Wills calls for leadership revamp
By NEIL RIDDELL
SHETLAND Islands Council should consider following the lead of the Western Isles and radically overhauling the way its political leadership is structured in order to improve the standard of democracy in the isles, according to a councillor.
Lerwick South member Jonathan Wills is calling for the SIC to consider abandoning the current arrangement of having a convener and vice-convener, posts held by Sandy Cluness and Josie Simpson respectively. Instead Dr Wills, who has been a strong critic of the current leadership in recent months, is arguing that the council should have a civic leader and a political leader.
He admitted that many of the councillors with whom he had raised the idea “thought it would be mad”, but maintains the belief that a clearer demarcation of roles is required to strengthen the democratic process.
“There are two paid positions, a civic head and a political leader,” he said. “I’m not clear whether he [Mr Cluness] is both, or just one. I think we should have systems of government which are clear and transparent.”
Councillor Gary Robinson backed the call, pointing out that Western Isles Council recently made a similar change. Following an acrimonious spat over school closures in the Outer Hebrides, its vice-convener Alex Macdonald ended up taking control of the authority with convener Angus Campbell’s role being redefined as a largely ceremonial civic post.
In addition, Dr Wills is calling for increased checks and balances on office-bearers within the council chamber in light of the news that the current term of the council is likely to run for five years, instead of four, as the Scottish government seeks to harmonise elections.
A bill to that effect is expected to go before MSPs at Holyrood sometime next year following the shambolic voting fiasco witnessed during the 2007 elections, when thousands of votes were not counted amid voter confusion over two separate ballot papers, although Shetland was largely unaffected by the problems.
The eventual plan is for local authority ballots to be held two years apart from elections to the Scottish Parliament, meaning the term of the current council will run until 2012 while the subsequent council will also sit for five years.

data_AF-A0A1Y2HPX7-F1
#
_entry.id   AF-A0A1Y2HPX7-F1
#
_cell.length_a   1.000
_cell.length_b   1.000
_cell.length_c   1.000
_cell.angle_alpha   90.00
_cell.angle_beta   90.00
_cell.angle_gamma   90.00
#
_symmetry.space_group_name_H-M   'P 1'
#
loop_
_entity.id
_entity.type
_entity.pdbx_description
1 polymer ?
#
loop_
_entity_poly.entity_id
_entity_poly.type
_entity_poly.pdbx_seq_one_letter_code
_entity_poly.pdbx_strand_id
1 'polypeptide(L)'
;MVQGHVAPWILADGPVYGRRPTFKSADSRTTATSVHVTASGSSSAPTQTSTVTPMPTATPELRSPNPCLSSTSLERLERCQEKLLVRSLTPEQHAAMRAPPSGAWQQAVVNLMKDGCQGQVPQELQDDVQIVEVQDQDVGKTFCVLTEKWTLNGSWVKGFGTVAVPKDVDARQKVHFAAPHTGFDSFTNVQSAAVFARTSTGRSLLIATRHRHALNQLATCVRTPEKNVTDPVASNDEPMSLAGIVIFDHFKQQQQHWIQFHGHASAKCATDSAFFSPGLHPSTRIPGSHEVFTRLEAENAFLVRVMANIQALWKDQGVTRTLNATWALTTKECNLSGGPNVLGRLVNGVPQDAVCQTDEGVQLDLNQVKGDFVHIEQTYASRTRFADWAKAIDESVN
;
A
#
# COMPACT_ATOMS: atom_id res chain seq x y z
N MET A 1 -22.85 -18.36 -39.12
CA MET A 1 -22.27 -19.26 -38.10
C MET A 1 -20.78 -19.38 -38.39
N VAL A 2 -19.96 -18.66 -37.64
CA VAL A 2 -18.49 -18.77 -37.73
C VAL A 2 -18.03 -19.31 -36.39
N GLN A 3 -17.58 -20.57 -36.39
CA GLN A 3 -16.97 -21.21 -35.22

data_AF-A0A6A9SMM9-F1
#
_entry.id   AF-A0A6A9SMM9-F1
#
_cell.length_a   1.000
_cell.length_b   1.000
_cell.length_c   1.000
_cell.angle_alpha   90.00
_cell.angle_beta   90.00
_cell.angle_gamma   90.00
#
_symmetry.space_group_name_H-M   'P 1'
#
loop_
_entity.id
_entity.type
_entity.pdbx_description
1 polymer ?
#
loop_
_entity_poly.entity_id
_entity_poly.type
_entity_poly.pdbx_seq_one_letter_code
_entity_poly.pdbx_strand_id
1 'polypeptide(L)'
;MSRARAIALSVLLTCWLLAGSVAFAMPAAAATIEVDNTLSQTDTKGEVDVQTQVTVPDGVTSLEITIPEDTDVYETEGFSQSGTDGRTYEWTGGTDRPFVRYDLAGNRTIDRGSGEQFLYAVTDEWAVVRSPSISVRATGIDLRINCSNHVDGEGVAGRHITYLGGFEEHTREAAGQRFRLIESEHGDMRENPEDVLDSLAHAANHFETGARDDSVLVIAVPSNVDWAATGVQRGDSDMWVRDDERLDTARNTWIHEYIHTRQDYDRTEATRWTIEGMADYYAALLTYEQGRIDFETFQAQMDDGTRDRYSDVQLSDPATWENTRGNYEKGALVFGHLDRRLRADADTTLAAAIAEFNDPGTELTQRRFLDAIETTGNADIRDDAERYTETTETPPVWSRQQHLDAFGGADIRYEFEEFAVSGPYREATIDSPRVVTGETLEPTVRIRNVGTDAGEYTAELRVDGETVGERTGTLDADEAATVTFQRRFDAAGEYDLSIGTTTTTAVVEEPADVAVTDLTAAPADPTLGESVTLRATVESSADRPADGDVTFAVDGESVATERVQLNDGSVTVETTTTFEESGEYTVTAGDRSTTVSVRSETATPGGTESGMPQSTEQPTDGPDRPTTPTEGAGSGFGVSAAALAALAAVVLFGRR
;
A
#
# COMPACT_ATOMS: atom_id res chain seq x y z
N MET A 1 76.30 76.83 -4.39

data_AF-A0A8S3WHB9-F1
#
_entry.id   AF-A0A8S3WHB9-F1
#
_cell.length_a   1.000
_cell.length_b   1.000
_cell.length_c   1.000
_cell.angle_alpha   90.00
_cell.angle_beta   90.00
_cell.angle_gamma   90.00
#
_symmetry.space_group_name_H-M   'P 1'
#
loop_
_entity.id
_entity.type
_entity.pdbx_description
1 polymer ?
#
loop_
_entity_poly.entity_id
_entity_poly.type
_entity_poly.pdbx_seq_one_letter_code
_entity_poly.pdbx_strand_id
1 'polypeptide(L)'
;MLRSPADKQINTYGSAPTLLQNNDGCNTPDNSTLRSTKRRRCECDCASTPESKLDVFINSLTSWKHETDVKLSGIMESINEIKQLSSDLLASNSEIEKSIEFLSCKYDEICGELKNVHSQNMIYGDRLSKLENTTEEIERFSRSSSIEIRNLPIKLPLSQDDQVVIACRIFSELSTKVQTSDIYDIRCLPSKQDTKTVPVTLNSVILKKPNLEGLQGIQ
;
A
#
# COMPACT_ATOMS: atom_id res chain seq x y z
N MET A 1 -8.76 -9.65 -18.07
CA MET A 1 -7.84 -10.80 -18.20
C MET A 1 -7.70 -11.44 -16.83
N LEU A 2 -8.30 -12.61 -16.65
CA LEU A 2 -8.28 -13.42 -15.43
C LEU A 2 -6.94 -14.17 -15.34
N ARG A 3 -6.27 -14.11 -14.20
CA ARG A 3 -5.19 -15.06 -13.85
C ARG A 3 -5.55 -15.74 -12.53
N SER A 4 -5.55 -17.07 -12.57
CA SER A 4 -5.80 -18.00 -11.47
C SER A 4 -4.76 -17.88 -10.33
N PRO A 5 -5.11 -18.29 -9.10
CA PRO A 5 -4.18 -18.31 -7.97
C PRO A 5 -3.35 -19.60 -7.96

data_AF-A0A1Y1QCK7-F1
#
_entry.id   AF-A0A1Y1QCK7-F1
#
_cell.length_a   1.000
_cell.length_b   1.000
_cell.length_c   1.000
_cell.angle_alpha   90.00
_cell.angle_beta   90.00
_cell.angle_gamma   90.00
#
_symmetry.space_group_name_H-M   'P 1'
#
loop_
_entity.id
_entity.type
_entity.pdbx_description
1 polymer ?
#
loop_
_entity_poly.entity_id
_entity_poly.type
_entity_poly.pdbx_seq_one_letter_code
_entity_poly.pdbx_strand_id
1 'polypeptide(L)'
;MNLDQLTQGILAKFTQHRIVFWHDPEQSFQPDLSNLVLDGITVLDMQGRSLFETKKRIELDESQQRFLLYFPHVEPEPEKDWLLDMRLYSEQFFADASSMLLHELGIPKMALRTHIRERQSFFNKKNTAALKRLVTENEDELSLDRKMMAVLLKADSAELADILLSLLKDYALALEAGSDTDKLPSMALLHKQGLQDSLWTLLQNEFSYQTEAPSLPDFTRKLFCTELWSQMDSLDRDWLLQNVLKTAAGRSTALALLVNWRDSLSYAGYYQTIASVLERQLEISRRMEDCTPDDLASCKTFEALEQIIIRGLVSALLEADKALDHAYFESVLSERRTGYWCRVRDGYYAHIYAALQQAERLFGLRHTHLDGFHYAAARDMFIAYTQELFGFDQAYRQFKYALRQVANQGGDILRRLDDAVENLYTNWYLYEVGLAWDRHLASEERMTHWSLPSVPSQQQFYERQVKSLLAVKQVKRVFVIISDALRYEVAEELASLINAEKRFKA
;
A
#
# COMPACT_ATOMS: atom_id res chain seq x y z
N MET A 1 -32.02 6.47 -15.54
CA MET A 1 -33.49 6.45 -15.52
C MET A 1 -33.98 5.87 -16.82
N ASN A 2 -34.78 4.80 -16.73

MSP Tavish Scott said his party supported the move and he expects the bill to pass without any problems, though he actually felt the hotly-contested local authority elections in Shetland last year actually helped stimulate higher turnout in the vote to elect an MSP.
In May 2007, the council decided to appoint committee chairs for the full duration of this council but Dr Wills feels the government’s proposed changes mean a routine mechanism for annual, or biennial, confirmation of these positions should be put in place.
His suggestion would mean that anyone wishing to stand against an incumbent has the opportunity to do so without having to call a motion of no confidence, a system he described as “unnecessarily confrontational”.
Dr Wills said the idea behind the proposal was to ensure that in the absence of party politics and an official opposition, office-bearers are subject to the same checks and balances as they would be in any other local authority, adding that the changes should not be viewed as a threat.
“I do not seek office in this council,” he said. “On almost all occasions whoever held the post would be re-elected, and the transition could be smoother and without so much acrimony.”
Dr Wills aired his thoughts at a meeting of the audit and scrutiny committee in Lerwick Town Hall on Wednesday morning, but chairwoman Florence Grains was dismissive of both suggestions. She said the potential for changing who chairs committees every year would lead to a “grave lack of continuity”.
“You could take it even further and change councillors every year, too,” Mrs Grains said, to which vice-chairman Allison Duncan quipped: “That wouldn’t be a bad idea.”
Lerwick North member Caroline Miller was also opposed to Dr Wills’ proposals, saying they “could be seen as being divisive”, adding that a convener and vice-convener had been appointed and that the council should stick with that.
She said: “I don’t know if that’s something we should be scrutinising. I don’t think this is part of our remit and I would like some legal advice on that.”
The committee voted by four to three in favour of Mrs Miller’s suggestion to consult the SIC’s legal head Jan Riise to establish whether the matter was within audit and scrutiny’s remit before holding a debate, in spite of similar action taken by the Western Isles and Dr Wills’ opinion that there was nothing barring the committee from talking about such matters.
A somewhat baffled Dr Wills said afterwards: “We do not need the permission of a council lawyer before discussing this.”